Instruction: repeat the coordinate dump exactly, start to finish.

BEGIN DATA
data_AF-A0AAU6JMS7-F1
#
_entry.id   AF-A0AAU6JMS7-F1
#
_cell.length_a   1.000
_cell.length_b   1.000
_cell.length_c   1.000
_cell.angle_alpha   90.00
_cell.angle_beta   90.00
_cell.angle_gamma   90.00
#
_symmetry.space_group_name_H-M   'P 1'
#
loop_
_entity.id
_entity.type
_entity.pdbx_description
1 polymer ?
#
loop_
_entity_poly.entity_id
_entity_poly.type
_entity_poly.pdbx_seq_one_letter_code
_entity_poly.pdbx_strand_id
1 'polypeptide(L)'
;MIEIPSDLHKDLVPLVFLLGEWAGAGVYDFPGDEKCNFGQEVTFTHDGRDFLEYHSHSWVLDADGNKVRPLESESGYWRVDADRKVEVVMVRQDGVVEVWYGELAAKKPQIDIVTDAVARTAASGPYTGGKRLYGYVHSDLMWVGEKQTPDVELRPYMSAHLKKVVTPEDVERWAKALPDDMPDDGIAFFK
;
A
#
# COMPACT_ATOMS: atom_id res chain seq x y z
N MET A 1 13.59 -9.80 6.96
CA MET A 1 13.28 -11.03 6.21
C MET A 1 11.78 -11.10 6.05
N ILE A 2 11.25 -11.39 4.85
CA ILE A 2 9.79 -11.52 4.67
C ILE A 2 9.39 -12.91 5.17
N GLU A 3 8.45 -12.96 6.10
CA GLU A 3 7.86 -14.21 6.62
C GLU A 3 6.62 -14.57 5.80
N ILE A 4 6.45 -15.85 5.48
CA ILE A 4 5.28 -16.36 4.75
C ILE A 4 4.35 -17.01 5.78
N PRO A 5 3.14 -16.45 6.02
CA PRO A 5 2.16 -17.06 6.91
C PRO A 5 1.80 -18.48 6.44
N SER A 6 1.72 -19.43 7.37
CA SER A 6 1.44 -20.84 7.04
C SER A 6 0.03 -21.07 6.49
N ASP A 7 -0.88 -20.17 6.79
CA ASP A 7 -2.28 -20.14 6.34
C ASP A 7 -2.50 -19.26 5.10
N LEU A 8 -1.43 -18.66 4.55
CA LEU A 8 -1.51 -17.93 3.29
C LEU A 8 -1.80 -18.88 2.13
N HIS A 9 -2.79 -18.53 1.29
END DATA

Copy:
data_AF-A0AAU6JMS7-F1
#
_entry.id   AF-A0AAU6JMS7-F1
#
_cell.length_a   1.000
_cell.length_b   1.000
_cell.length_c   1.000
_cell.angle_alpha   90.00
_cell.angle_beta   90.00
_cell.angle_gamma   90.00
#
_symmetry.space_group_name_H-M   'P 1'
#
loop_
_entity.id
_entity.type
_entity.pdbx_description
1 polymer ?
#
loop_
_entity_poly.entity_id
_entity_poly.type
_entity_poly.pdbx_seq_one_letter_code
_entity_poly.pdbx_strand_id
1 'polypeptide(L)'
;MIEIPSDLHKDLVPLVFLLGEWAGAGVYDFPGDEKCNFGQEVTFTHDGRDFLEYHSHSWVLDADGNKVRPLESESGYWRVDADRKVEVVMVRQDGVVEVWYGELAAKKPQIDIVTDAVARTAASGPYTGGKRLYGYVHSDLMWVGEKQTPDVELRPYMSAHLKKVVTPEDVERWAKALPDDMPDDGIAFFK
;
A
#
# COMPACT_ATOMS: atom_id res chain seq x y z
N MET A 1 13.59 -9.80 6.96
CA MET A 1 13.28 -11.03 6.21
C MET A 1 11.78 -11.10 6.05
N ILE A 2 11.25 -11.39 4.85
CA ILE A 2 9.79 -11.52 4.67
C ILE A 2 9.39 -12.91 5.17
N GLU A 3 8.45 -12.96 6.10
CA GLU A 3 7.86 -14.21 6.62
C GLU A 3 6.62 -14.57 5.80
N ILE A 4 6.45 -15.85 5.48
CA ILE A 4 5.28 -16.36 4.75
C ILE A 4 4.35 -17.01 5.78
N PRO A 5 3.14 -16.45 6.02
CA PRO A 5 2.16 -17.06 6.91
C PRO A 5 1.80 -18.48 6.44
N SER A 6 1.72 -19.43 7.37
CA SER A 6 1.44 -20.84 7.04
C SER A 6 0.03 -21.07 6.49
N ASP A 7 -0.88 -20.17 6.79
CA ASP A 7 -2.28 -20.14 6.34
C ASP A 7 -2.50 -19.26 5.10
N LEU A 8 -1.43 -18.66 4.55
CA LEU A 8 -1.51 -17.93 3.29
C LEU A 8 -1.80 -18.88 2.13
N HIS A 9 -2.79 -18.53 1.29